For over a century, the mystery of two ships lost in the depths of Lake Superior has remained unsolved. But now, with the help of the Great Lakes Shipwreck Historical Society (GLSHS), the missing vessels have been found.
On November 18, 1914, a lumber fleet from the Edward Hines Lumber Company set sail from Baraga, Michigan, to Tonawanda, New York. The fleet consisted of the steamship C.F. Curtis, towing two schooner barges, the Selden E. Marvin and Annie M. Peterson. The ships had a total of 28 people on board but never made it to their destination.
“The combined losses of the C.F. Curtis, Selden E. Marvin and Annie M. Peterson have comprised one of the more tragic stories of shipwreck on the Great Lakes and certainly became one of the Lake Superior’s enduring mysteries,” Bruce Lynn, executive director of the GLSHS said.
It is believed that the ships encountered a severe storm during their journey, bringing snow squalls, high winds, and massive waves. This storm was strong enough to claim the lives of 28 people and bring enough lumber to build 1,200 houses to the lakebed of Superior.
After search efforts of decades, the GLSHS announced last week that they have located the two missing ships. The C.F. Curtis was found in 2021 and the Selden E. Marvin was discovered within a few miles of the Curtis using a remotely operated vehicle. The two ships were found roughly 25 miles off the shore of Grand Marais, Michigan, in what researchers call the “Graveyard of the Great Lakes.”
“It was a career highlight to have witnessed the discovery of the Marvin, as it not only solved a chapter in the nation’s darkest day in lumber history, but also showcased a team of historians who have dedicated their lives towards making sure these stories aren’t forgotten,” Ric Mixter, a maritime historian and GLSHS board member said.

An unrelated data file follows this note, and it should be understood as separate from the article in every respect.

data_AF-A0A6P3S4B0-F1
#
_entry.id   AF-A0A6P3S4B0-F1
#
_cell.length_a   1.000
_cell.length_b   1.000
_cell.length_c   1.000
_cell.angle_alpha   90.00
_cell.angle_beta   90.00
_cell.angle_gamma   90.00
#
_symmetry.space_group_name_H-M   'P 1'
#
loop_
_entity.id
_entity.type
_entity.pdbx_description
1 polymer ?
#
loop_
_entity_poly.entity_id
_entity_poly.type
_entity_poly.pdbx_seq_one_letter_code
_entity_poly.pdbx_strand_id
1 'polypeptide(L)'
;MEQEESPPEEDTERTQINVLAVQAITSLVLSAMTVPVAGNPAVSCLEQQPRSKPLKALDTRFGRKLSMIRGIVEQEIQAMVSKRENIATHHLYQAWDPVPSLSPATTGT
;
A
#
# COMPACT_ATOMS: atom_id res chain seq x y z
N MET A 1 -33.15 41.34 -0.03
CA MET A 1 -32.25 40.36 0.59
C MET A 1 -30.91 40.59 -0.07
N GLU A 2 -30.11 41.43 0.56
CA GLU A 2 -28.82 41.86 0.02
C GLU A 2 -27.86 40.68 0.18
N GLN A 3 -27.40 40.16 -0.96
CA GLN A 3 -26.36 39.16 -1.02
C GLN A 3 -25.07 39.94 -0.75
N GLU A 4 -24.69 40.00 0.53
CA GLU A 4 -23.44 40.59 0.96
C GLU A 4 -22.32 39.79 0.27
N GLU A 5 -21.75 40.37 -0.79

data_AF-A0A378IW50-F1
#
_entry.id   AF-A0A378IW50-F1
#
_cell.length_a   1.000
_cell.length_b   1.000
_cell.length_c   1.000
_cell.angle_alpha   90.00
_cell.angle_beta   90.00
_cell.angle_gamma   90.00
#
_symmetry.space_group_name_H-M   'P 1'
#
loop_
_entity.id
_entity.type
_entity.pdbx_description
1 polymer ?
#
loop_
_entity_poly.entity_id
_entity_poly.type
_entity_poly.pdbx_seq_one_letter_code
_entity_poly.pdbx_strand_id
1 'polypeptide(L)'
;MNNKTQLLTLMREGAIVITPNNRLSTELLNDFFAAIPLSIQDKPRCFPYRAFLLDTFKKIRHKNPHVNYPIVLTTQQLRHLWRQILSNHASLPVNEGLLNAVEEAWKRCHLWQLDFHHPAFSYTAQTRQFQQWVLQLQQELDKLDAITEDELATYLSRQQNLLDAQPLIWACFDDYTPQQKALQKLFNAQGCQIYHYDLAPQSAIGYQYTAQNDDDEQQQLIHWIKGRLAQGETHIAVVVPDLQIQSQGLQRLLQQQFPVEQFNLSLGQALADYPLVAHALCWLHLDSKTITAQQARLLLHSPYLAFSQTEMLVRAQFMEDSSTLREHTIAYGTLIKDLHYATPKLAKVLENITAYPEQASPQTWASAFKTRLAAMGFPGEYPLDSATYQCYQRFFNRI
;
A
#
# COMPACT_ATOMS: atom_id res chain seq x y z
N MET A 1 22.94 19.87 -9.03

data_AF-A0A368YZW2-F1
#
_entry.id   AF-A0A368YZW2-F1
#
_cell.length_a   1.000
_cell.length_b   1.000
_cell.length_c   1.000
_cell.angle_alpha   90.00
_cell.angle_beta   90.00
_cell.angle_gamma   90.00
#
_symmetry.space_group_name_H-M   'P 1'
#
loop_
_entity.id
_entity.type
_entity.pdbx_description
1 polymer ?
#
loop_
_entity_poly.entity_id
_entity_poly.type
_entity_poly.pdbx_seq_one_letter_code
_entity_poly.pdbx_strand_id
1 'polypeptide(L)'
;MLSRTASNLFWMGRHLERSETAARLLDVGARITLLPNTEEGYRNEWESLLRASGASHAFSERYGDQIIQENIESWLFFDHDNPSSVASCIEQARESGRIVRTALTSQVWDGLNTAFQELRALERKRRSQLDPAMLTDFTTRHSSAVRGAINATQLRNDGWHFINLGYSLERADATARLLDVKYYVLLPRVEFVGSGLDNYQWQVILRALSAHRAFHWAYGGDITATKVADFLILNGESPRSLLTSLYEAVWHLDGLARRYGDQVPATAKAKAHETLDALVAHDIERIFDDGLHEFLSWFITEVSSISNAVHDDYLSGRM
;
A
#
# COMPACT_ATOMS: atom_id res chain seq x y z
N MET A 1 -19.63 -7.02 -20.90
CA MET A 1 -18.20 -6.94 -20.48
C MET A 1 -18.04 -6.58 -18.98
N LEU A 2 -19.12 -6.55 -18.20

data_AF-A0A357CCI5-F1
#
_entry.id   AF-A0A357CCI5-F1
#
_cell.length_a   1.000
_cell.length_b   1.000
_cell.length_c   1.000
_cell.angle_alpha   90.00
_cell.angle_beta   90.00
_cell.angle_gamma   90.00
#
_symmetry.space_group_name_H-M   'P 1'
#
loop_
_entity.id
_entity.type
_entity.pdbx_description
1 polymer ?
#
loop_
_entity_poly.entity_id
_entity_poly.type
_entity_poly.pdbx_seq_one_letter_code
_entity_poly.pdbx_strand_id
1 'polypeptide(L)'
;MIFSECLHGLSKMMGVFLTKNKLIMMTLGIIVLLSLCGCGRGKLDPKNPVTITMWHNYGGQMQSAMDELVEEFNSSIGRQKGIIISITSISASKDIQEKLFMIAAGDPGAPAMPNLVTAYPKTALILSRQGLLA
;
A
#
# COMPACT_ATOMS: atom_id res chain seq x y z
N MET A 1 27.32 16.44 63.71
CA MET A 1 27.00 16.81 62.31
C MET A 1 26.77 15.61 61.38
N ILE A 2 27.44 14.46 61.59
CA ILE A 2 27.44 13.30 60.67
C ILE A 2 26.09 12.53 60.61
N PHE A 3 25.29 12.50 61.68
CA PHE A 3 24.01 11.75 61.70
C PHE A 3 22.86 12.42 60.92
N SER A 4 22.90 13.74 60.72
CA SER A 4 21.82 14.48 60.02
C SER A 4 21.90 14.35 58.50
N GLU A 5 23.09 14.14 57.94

Researchers believe that the Marvin was in the middle of the tow, while the Peterson was behind. The ships have been well-preserved due to Lake Superior’s cold, fresh water, giving researchers a glimpse of that fateful day.
“We see a good portion of her stern is ripped off, and we can tell by the towing bits that she was probably in the middle of the tow,” Mixter said. “It just surprised us to see the damage on the front and the back of that ship,” he continued, adding that no one on the ship stood a chance because of the speed at which the ships went down.
Researchers will send teams back to the locations where the Curtis and Marvin were discovered this summer in hopes of finding the Peterson.
“It would be great to know where all 3 wrecks are lying on the bottom of Superior, and finally be able to tell the stories of the Curtis, Marvin and Peterson,” Darryl Ertel, the director of marine operations at the GLSHS said.
The mystery of the two ships has been solved, but the tragedy of the lives lost will never be forgotten. The GLSHS have done a remarkable job in uncovering the secrets of Lake Superior and honoring the memories of those lost in the storm.